An open letter from a 'sexy' nurse to Dr. Oz

I had to share this. I posted this over at Scrubs Magazine and thought my readers around my social media ‘circle’ might like this one.
I’d love to hear your thoughts.

Amplify’d from

An open letter from a ‘sexy nurse’ to Dr. Oz

For anyone who watches day time TV, surfs the internet or frequents this wonderful website for nurses you probably have heard about the Dr. Oz debacle and the nursing profession. One of our fellow bloggers posted some thoughts on it here (jump on over and read it here of you’re not familiar with the scene).

So a month later Dr. Oz (or should I say Dr. Oz’s ‘people’) releases a formal and public apology with some politically correct and publicly sound words.

As a nurse I wonder why some think this is enough? So I thought I’d write my own ‘letter’ to Dr. Oz (or his people) expressing my and hopefully many other nurses concerns.

Dear Dr. Oz (or his ‘people’)

I’m a registered nurse of 5 years young. I’m a health care professional and a fellow ‘healer’. You’re November 4th episode that lauded the efforts of a weight loss success story was initially inspiring, but eventually quite damaging.

I myself did not watch it. I’m not a fan of day time TV (sorry). I do however support any activities that promote and attempt to improve our overall health and wellness. So for those efforts I thank you. But, the show took a turn for the worse and got quite out of hand in the eyes of your fellow professionals.

Were you aware of the guests’ actions prior to the taping (I’m assuming it’s a live studio audience)? Or were you actually caught off guard? Was this whole routine rehearsed, or was it spontaneous?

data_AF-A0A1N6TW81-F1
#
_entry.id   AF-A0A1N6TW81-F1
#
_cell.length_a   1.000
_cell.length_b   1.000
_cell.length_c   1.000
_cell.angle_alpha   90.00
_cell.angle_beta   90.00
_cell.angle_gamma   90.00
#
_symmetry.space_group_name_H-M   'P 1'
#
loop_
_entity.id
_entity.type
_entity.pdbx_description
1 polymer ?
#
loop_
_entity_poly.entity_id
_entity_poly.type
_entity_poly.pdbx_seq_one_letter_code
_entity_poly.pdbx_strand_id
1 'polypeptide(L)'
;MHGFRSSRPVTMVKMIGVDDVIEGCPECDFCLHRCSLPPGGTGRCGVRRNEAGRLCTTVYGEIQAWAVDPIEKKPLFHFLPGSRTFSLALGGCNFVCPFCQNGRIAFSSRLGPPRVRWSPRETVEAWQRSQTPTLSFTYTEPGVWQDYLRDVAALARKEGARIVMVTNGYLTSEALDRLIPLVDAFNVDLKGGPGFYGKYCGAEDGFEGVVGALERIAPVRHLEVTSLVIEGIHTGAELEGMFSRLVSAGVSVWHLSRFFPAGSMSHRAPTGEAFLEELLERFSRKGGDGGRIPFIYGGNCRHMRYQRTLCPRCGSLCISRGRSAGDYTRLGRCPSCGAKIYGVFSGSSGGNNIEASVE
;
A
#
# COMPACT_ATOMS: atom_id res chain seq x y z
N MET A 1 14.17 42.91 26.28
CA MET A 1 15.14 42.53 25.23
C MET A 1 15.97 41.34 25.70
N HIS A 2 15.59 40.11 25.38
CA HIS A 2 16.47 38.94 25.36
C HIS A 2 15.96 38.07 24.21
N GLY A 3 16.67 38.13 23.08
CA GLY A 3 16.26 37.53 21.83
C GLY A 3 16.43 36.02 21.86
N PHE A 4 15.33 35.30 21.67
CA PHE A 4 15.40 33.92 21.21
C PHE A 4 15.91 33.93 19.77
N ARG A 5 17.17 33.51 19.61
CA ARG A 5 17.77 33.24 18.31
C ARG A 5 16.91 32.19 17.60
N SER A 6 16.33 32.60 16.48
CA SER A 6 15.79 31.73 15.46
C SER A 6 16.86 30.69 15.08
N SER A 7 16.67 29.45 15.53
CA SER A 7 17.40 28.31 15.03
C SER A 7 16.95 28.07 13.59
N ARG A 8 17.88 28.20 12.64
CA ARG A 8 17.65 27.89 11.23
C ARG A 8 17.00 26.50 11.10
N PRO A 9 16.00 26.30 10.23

Regardless of it’s origin the whole process has angered many of your fellow ‘healers’ including myself. Did you notice I referred to myself as a ‘healer’ and not a subordinate? Did you notice there was no reference of ‘sexy’ anywhere in my description?

As a physician partner I can only assume you have worked with ‘our kind’ prior to your fame. Yes, our kind. We are called nurses. We are trained health care professionals, not a colloquial fantasy, nor a subservient helper.

Somehow during the taping of your TV show you forgot that.

Oh, wait did I mention I’m a male nurse? So the whole ‘sexy’ reference truly hits a chord with me.

You are being chastised by our profession because of what profession you represent. As a physician partner we hold you to a higher standard. We assumed you held these same standards.

During that show, regardless of when you were made aware of the guests actions, you should have stopped it. Stopped it in its tracks before it progressed. You as the heralded professional’s professional should have had the common decency and forth right professionalism to put the brakes on that charade. I’m all about fun, but when it mocking a profession fun?

Our profession continues to battle stereotypes of all kinds. We continue to lose the battle against warped public knowledge, internet fantasy, misguided beliefs, historical falsehoods, and just simple ignorance. But, when we have to wage that battle with a physician it’s both angering and disheartening. Is this how you show the ‘respect’ you speak of?

We expected more from you dear doctor.

Shame on you for not ‘knowing’ the difference.

And the battle continues.